Proposed Opioid Pre-Authorization Policy in Utah

At a Glance:

Location: Utah

Date: 2017

Vital Condition: Basic Needs for Health and Safety

Determinants of Health: substance use, substance use

Affected Population: People Living in Poverty, People with Chronic and Multiple Chronic Health Conditions

Research Methods: Qualitative research, Literature review

Community Types: urban, rural, suburban

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Public health graduate students at Brigham Young University conducted an HIA to analyze the potential health effects of a bill proposed in the Utah Legislature to require prescribers to get prior authorization from an insurer for any opioid prescription that exceeds 90-morphine equivalents; for benzodiazepines prescribed to patients already taking opioids; and for new chronic opioid prescriptions (i.e., longer than 10 days in duration). This requirement would apply only to private insurance plans over which the state has jurisdiction, plans covering state employees, Medicaid, and workers’ compensation. The HIA predicted that if passed, the bill would reduce opioid prescribing and addiction rates and overdose-related deaths in the state.


Highly likely impacts:

  • Increased time and cost for prescribers.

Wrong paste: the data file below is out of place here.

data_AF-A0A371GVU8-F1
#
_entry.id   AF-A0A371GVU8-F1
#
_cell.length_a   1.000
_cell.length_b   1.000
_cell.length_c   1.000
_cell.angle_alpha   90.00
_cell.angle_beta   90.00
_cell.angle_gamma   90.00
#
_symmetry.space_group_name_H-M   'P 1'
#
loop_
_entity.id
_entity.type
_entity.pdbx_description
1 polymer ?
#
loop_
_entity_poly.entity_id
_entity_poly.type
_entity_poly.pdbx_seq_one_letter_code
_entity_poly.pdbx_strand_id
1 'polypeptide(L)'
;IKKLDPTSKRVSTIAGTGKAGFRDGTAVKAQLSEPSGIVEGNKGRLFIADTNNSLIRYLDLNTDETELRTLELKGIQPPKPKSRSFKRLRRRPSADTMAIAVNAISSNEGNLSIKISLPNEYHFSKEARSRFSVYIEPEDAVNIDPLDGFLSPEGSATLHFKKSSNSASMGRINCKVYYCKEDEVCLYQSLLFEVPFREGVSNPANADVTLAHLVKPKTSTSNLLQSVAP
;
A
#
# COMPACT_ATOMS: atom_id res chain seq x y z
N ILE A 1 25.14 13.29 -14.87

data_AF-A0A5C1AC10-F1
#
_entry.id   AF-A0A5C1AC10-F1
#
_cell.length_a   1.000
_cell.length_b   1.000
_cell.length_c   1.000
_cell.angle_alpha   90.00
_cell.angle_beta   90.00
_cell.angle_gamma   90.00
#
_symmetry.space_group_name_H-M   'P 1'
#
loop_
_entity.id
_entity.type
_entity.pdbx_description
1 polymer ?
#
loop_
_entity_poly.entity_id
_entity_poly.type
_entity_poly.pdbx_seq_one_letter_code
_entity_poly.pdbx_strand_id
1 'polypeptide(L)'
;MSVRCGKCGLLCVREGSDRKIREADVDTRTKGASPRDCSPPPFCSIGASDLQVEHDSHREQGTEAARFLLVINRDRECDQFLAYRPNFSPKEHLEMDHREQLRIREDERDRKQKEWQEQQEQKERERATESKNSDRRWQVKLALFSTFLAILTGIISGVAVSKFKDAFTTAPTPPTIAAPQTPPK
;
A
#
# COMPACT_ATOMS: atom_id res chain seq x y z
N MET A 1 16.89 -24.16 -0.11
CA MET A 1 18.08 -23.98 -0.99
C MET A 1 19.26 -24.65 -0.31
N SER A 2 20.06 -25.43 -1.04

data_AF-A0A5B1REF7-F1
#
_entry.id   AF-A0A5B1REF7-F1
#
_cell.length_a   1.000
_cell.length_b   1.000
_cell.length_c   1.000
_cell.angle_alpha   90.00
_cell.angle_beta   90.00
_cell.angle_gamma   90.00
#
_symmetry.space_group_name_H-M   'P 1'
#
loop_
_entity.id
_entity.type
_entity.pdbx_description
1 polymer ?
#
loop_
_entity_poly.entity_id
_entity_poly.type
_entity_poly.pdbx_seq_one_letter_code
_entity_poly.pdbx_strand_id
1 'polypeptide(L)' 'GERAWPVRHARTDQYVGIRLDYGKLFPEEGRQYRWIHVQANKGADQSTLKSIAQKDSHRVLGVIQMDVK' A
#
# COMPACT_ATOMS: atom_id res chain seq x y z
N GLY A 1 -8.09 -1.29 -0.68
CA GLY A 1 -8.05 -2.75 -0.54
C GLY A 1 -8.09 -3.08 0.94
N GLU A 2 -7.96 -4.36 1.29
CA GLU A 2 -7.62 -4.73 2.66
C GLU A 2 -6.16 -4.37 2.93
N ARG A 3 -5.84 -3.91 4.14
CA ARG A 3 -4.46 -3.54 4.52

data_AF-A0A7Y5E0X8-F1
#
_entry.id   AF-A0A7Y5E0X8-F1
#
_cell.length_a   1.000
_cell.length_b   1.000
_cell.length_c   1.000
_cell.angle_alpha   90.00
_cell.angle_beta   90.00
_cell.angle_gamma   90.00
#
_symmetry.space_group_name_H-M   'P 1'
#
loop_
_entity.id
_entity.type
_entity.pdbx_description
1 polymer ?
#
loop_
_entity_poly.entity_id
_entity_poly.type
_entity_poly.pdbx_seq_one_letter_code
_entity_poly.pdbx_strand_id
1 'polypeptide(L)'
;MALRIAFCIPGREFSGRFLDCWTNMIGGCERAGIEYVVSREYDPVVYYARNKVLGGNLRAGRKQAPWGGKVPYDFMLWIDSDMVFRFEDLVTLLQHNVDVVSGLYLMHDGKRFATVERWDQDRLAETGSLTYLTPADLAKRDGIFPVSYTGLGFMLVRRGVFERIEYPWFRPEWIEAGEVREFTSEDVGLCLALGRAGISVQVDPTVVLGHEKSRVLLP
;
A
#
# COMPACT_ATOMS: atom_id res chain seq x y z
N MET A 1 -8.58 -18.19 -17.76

• Higher patient stress and anxiety because of difficulty getting needed prescriptions.

Likely impacts:

  • Modest decrease in prescription of opioids.
  • Modest decrease in consumption of prescription opioids.
  • Modest decrease in number of persons addicted.
  • Increase in other substance misuse (heroin particularly).
  • Increase in crime and incarceration.

Plausible but not well-supported impacts:

  • Higher patient pain tolerance.
  • Increased patient suicide.
  • Decreased addition to prescription opioids.
  • Increase in health care costs.
  • Increased productivity costs for pain specialists.


To mitigate negative health outcomes, the study recommended that the policy be modified to exempt pain specialists, because although many of the prescriptions they write fall above the 90-morphine equivalent, they have special training in dealing with chronic pain and are more likely than other practitioners to prescribe opioids appropriately. This change also would help mitigate the significant increase in time and cost for pain specialists that would probably result from this policy. In addition, maintaining the pre-authorization requirement for general practitioners would probably increase patient referrals to pain specialists, helping to ensure that patients with chronic pain receive appropriate care. The HIA recommended that the Utah Legislature adopt the policy with this modification.


The Legislature passed and the governor signed a version of the bill that reflected several of the findings and recommendations. However, the degree to which the HIA influenced the decision-making process is unknown. 

This Health Impact Assessment Report first appeared in The Cross-Sector Toolkit for Health. The Cross-Sector Toolkit for Health was originally developed by the Health Impact Project, formerly a collaboration of the Robert Wood Johnson Foundation and The Pew Charitable Trusts. The creation of this resource was supported by a grant from the Health Impact Project. The views expressed are those of the author(s) and do not necessarily reflect the views of The Pew Charitable Trusts, or the Robert Wood Johnson Foundation.

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